THE DIABETES CAREGIVER: The Medical Team
Who you need and why you need them to help you care for your loved one with diabetes
Certain health professionals should play a main role in the care of every person with diabetes. The primary-care team should include:
Diabetes Doctor. Some people prefer to see an endocrinologist, a doctor who specializes in diabetes and related diseases and is therefore more likely than other physicians to be current on the newest diabetes research and treatment. Other people prefer to see their family doctor, who already knows them and their medical history well. Some internists are quite knowledgeable about diabetes, but others aren't. Consider seeing an endocrinologist if diabetes is not your doctor's forte. Whomever you choose, this diabetes doctor should: coordinate all your diabetes care, designing and tweaking treatment as needed; decide when you need to see specialists; make sure your various prescriptions are not at odds; and be the last word when other healthcare providers disagree on your treatment.
The diabetes doctor should also:
Perform an HbA1c test—a blood analysis to determine long-term average control—at least twice a year in people who have their diabetes under control; people who have changed therapy or are not meeting their blood glucose goals should be tested quarterly.
Test for cholesterol and triglycerides (lipids) annually (more frequently if lipid goals aren't being met; possibly less often if lipid values are excellent).
Measure blood creatinine (a kidney-function indicator) at least annually.
Test urine for protein (a sign of possible kidney disease) annually in all people with type 2 diabetes, as well as in people who've had type 1 diabetes for at least five years.
Screen for loss of sensation in the feet upon diagnosis and at least annually after that.
Perform a detailed foot exam at least annually.
Check foot condition, blood pressure and weight at every visit.
Review treatment plan, blood-glucose records and medication usage at every visit.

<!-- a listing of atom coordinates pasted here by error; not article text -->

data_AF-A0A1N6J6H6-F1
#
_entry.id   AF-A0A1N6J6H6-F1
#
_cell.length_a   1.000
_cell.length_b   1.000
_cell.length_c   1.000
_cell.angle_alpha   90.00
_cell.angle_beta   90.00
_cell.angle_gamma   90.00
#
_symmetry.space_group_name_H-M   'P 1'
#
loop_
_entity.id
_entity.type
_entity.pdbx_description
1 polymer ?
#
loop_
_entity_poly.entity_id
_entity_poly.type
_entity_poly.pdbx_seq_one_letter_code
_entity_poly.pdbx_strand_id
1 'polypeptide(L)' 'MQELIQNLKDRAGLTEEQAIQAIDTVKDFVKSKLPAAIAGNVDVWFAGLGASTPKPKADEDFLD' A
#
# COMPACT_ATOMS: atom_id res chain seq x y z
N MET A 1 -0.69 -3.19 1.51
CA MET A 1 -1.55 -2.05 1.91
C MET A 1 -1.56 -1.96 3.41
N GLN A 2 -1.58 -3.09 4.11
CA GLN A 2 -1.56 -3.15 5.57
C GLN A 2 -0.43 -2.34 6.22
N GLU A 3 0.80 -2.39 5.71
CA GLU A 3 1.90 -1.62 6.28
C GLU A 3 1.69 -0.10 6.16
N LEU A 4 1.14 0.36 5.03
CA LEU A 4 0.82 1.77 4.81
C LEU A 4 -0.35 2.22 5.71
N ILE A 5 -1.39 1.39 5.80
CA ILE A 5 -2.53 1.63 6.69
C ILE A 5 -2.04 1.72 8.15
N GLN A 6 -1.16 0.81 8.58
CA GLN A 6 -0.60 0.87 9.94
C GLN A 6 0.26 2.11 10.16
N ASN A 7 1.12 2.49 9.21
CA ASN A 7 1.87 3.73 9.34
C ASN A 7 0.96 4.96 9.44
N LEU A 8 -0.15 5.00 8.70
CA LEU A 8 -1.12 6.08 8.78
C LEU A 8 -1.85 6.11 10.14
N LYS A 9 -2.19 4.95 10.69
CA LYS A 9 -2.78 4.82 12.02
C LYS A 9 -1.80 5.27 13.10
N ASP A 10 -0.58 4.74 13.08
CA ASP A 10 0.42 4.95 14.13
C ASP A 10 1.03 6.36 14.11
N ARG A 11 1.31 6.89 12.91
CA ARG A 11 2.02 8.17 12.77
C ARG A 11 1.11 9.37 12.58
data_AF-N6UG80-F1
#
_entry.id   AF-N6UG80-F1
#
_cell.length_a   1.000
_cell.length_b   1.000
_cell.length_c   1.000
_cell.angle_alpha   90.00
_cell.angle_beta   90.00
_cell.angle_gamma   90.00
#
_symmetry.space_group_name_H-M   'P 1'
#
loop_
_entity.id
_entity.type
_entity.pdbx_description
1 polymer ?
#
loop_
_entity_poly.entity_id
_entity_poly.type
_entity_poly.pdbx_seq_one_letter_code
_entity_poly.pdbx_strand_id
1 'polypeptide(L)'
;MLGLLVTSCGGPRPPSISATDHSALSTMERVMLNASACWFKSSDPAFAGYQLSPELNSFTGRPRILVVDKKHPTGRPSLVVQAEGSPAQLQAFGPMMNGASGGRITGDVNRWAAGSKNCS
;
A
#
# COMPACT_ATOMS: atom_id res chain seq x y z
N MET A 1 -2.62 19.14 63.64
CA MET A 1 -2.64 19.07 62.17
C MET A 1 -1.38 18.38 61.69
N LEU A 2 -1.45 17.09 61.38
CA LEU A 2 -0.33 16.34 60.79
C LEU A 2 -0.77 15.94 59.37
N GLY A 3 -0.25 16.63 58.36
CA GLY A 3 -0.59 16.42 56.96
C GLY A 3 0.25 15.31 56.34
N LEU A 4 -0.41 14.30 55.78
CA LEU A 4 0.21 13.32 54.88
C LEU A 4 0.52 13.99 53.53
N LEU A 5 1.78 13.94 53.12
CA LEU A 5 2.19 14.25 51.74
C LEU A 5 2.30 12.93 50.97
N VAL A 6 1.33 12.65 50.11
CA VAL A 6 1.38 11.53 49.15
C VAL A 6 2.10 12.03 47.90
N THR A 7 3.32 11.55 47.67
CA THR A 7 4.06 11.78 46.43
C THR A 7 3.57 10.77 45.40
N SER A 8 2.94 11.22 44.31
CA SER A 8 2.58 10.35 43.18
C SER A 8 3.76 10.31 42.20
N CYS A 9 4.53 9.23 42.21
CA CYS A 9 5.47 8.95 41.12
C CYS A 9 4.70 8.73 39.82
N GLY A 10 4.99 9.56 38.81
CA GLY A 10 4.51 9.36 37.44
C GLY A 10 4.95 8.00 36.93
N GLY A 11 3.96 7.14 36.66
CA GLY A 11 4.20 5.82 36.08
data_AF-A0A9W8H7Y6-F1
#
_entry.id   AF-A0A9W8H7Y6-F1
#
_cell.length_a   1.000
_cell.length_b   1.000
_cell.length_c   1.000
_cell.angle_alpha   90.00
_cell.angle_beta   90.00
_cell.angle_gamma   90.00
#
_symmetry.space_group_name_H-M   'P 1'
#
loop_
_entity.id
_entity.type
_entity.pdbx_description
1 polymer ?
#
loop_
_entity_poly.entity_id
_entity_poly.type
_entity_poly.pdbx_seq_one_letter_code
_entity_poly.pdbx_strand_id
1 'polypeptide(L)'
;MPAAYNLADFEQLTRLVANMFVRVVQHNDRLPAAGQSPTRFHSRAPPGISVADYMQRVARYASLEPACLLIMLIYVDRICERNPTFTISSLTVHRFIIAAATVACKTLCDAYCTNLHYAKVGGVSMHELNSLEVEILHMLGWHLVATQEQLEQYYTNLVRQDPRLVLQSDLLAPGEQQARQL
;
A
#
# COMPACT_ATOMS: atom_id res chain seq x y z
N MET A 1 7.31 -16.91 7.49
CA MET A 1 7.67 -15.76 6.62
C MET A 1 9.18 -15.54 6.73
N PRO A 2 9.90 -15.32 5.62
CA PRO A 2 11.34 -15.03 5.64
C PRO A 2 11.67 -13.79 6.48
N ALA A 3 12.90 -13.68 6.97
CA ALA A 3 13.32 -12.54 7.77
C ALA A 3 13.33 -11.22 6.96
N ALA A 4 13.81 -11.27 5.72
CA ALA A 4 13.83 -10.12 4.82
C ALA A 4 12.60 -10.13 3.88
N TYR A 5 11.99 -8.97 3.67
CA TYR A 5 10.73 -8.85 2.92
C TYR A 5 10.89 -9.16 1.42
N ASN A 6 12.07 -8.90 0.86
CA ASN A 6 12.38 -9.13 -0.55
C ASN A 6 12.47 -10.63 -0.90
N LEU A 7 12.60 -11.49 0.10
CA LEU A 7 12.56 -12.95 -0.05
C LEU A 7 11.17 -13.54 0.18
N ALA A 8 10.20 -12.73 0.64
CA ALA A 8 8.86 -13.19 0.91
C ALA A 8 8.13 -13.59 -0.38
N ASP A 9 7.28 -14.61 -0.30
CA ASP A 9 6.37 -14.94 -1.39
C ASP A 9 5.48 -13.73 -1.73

Ask about recent infections at every visit.
Examine mouth, fingers, skin and thyroid at every visit.
Eye Doctor. Diabetes can damage eyes. The retina (the light-sensing lining of the eyeball) is particularly susceptible to injury, making it vital to regularly visit an ophthalmologist (an MD or DO who specializes in care of eyes) or an optometrist (a professional with an OD degree, who is trained in vision care and prescribing corrective lenses). ADA recommends that all adults and teens with type 1 diabetes have a comprehensive eye exam with dilation (enlargement of the pupil) by an ophthalmologist or optometrist within three to five years after diabetes starts. People with type 2 diabetes should have this exam soon after diagnosis. Generally, after that first exam, people with diabetes should be checked annually. However, a person with retinal damage (retinopathy) may need exams more often.
Dentist. Diabetes increases susceptibility to oral problems, including gum infections; fungus infections; and dry mouth, which is both uncomfortable and cavity inducing. As a result, dentists should be visited at least twice a year and more often if the patient is having problems.
Certified Diabetes Educator. A CDE may also be a doctor, nurse, dietitian, pharmacist, exercise physiologist, podiatrist or social worker with the knowledge and skills needed to care for diabetes at home. For example, a CDE can teach how to test blood glucose levels and interpret the results, help develop healthy eating habits, design a safe and suitable exercise program, review blood-testing techniques, and explain how to handle sick days and reduce complications.
Registered Dietitian. An RD is an expert in food and nutrition who can help people with diabetes eat healthfully and lose weight, which are among the most important components of diabetes treatment. RDs tailor meal plans to each person, taking into account food preferences, work or school schedules, ethnic and cultural background, age, other medical conditions, family situation and weight. ADA recommends that every person with diabetes receive a personalized meal plan, preferably designed by an RD.
Pharmacist. Most people with diabetes need medicine to control it. And since many people with diabetes have other conditions (say, high blood pressure or high cholesterol levels) that require additional medication, a pharmacist can inform you of possible side effects and interactions resulting from drugs for those conditions being taken in conjunction with diabetes medication. Pharmacists also advise on whether a pill can be safely cut in half, how to remember to take all your medicines on schedule, which blood glucose meter may suit you best, what cold medicines are best for people with diabetes and more.
For more on The Medical Team, click on: